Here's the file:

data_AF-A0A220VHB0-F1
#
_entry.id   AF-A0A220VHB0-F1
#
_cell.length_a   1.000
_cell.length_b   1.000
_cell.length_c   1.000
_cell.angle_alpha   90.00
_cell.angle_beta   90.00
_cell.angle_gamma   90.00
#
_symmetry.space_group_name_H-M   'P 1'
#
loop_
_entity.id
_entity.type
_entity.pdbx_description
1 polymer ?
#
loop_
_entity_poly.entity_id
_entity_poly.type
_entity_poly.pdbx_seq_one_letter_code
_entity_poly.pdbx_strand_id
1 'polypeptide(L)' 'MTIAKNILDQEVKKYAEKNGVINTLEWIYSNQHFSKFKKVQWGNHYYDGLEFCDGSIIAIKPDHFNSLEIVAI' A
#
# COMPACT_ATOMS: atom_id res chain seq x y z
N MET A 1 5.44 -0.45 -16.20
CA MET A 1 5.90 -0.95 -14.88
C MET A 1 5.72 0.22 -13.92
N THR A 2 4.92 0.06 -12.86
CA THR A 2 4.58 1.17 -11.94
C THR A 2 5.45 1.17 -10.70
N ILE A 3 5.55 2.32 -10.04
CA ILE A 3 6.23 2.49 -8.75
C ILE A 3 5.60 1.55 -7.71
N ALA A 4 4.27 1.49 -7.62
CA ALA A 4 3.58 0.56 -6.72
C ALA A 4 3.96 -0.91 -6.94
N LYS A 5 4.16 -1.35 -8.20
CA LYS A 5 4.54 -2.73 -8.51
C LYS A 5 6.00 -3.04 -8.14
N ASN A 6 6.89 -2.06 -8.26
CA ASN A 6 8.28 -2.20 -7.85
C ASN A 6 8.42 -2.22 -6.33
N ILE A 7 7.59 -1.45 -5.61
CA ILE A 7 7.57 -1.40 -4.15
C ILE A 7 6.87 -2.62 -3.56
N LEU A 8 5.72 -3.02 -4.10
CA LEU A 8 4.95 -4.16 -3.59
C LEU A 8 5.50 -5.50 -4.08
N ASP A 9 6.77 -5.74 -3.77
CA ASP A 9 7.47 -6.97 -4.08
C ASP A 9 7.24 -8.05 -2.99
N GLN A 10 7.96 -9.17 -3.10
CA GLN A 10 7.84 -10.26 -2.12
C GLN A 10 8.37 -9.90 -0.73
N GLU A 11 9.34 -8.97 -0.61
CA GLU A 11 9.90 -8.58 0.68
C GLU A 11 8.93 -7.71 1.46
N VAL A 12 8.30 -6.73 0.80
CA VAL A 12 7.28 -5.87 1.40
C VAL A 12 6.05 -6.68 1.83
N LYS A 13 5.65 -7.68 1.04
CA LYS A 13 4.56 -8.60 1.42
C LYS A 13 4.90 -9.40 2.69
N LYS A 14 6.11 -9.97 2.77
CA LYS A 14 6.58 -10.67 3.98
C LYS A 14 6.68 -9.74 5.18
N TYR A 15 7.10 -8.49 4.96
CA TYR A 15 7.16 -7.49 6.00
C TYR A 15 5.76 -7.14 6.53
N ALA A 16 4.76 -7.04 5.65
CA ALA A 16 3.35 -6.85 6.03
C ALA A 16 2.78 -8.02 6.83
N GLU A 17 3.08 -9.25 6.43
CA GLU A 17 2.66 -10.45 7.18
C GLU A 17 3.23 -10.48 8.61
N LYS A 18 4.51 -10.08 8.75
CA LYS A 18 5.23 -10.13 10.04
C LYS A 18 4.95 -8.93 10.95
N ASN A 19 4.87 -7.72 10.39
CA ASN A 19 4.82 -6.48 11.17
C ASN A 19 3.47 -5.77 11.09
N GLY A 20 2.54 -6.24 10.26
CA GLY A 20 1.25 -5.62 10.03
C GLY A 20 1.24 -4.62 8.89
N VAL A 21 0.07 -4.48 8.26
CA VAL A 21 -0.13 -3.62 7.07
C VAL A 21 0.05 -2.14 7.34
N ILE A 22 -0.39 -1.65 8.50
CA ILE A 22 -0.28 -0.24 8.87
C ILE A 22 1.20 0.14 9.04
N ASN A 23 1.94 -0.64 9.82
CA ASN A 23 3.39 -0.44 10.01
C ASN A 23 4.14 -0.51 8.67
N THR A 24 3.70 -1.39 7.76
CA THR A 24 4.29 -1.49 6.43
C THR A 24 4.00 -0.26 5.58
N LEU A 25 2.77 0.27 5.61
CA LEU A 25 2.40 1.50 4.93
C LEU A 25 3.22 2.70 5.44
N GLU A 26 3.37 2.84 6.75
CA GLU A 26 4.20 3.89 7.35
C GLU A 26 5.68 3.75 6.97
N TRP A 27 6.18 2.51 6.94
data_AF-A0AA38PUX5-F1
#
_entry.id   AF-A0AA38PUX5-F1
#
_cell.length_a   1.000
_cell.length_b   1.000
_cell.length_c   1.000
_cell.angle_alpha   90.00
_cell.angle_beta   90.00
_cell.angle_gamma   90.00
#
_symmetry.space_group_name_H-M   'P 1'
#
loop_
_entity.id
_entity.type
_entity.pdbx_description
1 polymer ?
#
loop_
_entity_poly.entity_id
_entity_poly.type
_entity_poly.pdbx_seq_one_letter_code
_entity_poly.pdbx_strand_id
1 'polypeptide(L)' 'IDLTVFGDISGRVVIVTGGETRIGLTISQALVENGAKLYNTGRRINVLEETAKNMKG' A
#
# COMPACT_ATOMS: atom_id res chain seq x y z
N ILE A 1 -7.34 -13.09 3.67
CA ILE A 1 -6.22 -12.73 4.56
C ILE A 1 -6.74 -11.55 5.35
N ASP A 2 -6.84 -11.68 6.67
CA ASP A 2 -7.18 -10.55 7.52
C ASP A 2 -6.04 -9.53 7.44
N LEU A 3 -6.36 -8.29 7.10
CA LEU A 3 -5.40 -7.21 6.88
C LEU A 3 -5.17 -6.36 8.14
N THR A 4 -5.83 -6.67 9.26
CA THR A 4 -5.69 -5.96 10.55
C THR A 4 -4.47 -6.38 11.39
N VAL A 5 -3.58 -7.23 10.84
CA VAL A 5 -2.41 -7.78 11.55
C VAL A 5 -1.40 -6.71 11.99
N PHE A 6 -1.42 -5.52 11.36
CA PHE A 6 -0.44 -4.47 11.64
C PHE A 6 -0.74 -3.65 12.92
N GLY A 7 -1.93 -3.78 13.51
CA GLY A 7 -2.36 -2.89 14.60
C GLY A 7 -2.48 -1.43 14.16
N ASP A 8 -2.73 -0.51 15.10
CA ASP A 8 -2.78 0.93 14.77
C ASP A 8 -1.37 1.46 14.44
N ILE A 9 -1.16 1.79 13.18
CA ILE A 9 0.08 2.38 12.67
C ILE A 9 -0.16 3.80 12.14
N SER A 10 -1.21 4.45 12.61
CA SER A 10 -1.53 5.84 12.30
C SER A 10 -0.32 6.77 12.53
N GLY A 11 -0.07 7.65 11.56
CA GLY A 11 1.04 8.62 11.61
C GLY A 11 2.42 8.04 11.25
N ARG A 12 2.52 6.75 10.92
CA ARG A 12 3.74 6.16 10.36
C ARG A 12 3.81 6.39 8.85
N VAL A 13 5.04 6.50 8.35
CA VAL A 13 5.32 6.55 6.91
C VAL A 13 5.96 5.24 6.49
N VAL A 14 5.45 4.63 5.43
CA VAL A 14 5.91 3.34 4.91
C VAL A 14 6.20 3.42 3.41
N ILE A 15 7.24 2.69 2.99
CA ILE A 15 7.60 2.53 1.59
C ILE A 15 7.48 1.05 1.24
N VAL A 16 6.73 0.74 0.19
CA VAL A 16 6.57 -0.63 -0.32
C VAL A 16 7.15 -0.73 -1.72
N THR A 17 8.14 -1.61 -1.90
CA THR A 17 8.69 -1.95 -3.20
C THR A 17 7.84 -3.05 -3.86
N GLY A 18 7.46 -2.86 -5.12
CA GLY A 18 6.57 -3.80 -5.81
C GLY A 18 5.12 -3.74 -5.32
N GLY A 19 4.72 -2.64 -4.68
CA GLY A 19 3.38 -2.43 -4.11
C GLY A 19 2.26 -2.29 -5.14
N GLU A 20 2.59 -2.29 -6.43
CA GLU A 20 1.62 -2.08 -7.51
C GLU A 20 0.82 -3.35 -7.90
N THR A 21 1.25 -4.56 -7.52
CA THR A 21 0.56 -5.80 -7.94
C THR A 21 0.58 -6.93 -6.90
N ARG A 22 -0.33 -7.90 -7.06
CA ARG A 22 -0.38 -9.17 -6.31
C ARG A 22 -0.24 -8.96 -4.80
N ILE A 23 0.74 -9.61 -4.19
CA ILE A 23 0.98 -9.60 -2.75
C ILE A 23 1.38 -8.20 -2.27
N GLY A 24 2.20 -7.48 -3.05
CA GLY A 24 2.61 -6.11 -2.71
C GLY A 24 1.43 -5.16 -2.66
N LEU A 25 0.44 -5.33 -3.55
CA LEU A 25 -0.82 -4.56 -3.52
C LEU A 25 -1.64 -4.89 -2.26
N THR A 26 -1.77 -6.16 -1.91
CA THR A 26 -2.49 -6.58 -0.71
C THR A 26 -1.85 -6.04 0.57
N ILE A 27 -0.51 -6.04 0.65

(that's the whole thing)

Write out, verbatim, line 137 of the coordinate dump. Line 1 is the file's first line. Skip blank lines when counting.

N ASP A 2 -6.84 -11.68 6.67